In terms of your autonomy, it gives you a method of having a say in what happens to you and your body medically speaking when you cannot communicate. Although it may be difficult to talk about this kind of situation, especially when it comes to questions about life support, they are important to deal with early so you can rest easy that your preferences and choices are taken into account even if you cannot represent yourself.
If you have a Consumer Directed Personal Assistance Program (CDPAP) caregiver, having an advance directive is especially important so it is clear what steps they are to take if faced with difficult decisions regarding your treatment. Again, this document only applies to cases in which the person can no longer properly represent themselves due to their physical or mental situation.
Other Points to Know About Advance Directives
All of this legal and medical information can seem overwhelming and difficult to navigate, but with the help of this guide and professional legal advice, creating an advance directive can be a straightforward process.
Now that we have covered the basics on what advance directives are and why they are important, the rest of this guide will go through important details to note about advance directives.
Every State Regulates Advance Directives Differently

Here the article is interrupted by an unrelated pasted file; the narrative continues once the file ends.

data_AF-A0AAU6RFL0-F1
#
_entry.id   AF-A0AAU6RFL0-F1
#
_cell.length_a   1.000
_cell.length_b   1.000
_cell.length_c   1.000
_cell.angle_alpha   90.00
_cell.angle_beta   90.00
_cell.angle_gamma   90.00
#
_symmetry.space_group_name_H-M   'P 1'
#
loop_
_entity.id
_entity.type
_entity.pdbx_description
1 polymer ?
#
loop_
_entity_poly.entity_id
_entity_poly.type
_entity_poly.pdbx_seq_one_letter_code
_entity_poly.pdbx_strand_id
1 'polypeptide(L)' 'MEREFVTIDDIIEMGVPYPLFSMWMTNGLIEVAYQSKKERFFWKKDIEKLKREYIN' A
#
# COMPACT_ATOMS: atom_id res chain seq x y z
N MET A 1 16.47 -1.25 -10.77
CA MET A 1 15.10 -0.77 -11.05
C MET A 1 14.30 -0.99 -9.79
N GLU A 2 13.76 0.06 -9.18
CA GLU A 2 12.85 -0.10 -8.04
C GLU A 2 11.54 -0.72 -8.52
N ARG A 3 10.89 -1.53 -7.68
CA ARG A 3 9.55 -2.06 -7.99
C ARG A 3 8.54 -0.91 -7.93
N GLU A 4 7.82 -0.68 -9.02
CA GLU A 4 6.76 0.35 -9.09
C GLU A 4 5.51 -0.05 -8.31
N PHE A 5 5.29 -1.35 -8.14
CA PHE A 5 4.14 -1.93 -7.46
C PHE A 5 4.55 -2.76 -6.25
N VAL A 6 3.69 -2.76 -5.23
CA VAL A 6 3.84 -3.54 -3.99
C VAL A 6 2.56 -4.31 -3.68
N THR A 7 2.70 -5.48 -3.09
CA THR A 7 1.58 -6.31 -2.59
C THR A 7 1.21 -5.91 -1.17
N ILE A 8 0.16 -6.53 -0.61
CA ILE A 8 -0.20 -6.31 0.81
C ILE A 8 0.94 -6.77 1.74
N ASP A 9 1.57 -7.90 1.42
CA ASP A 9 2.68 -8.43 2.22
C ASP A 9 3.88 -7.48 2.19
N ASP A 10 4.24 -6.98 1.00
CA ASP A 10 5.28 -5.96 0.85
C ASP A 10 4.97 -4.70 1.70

It is crucial to do proper research, preferably with the help of a professional attorney, on the exact terms each state has regarding advance directives. For example, the state you reside in may require a witness at the signing of the advance directive, while others may not. There are certain states which require a notarized signature, as well.
Advance Directives Can be Modified
Although it is important to take the process very seriously and take your time to create the terms for your advance directive, it is important to know that as long as you are still physically and mentally capable to do so, the document can be modified, updated, or cancelled in accordance with state law.
What if I Have Residences in Several States?
If you have residences or family members living in several different states, you are allowed to file an advance directive for each one. This is a good way to make sure that no matter where you face an emergency, your voice and personal preferences about what medically happens to you can be taken into account legally.
Keeping Your Health Care Proxy Up-To Date
Always make sure your health care proxy and medical team is up to date by providing them with updated copies of your advance directives. If any modifications or updates are made, keep them informed and give them the new advance directives. This applies to all medical teams you have across the country.
Advance Directives should be an important part of any adult’s life, no matter if they are nearing old age or are suffering from a severe condition. Anyone over the age of 18 is recommended to begin thinking about what exactly they would want in situations of peril, and to get it on paper and legalized in order to officialize their autonomy.
While this guide can help you navigate the basics of what advance directives are, their importance, and key steps in the process of creating an advance directive, it is recommended to seek professional, legal advice from a lawyer through this process. Medical decisions are extremely personal to each and every individual, and it is important that all legal parts be clear for the person concerned.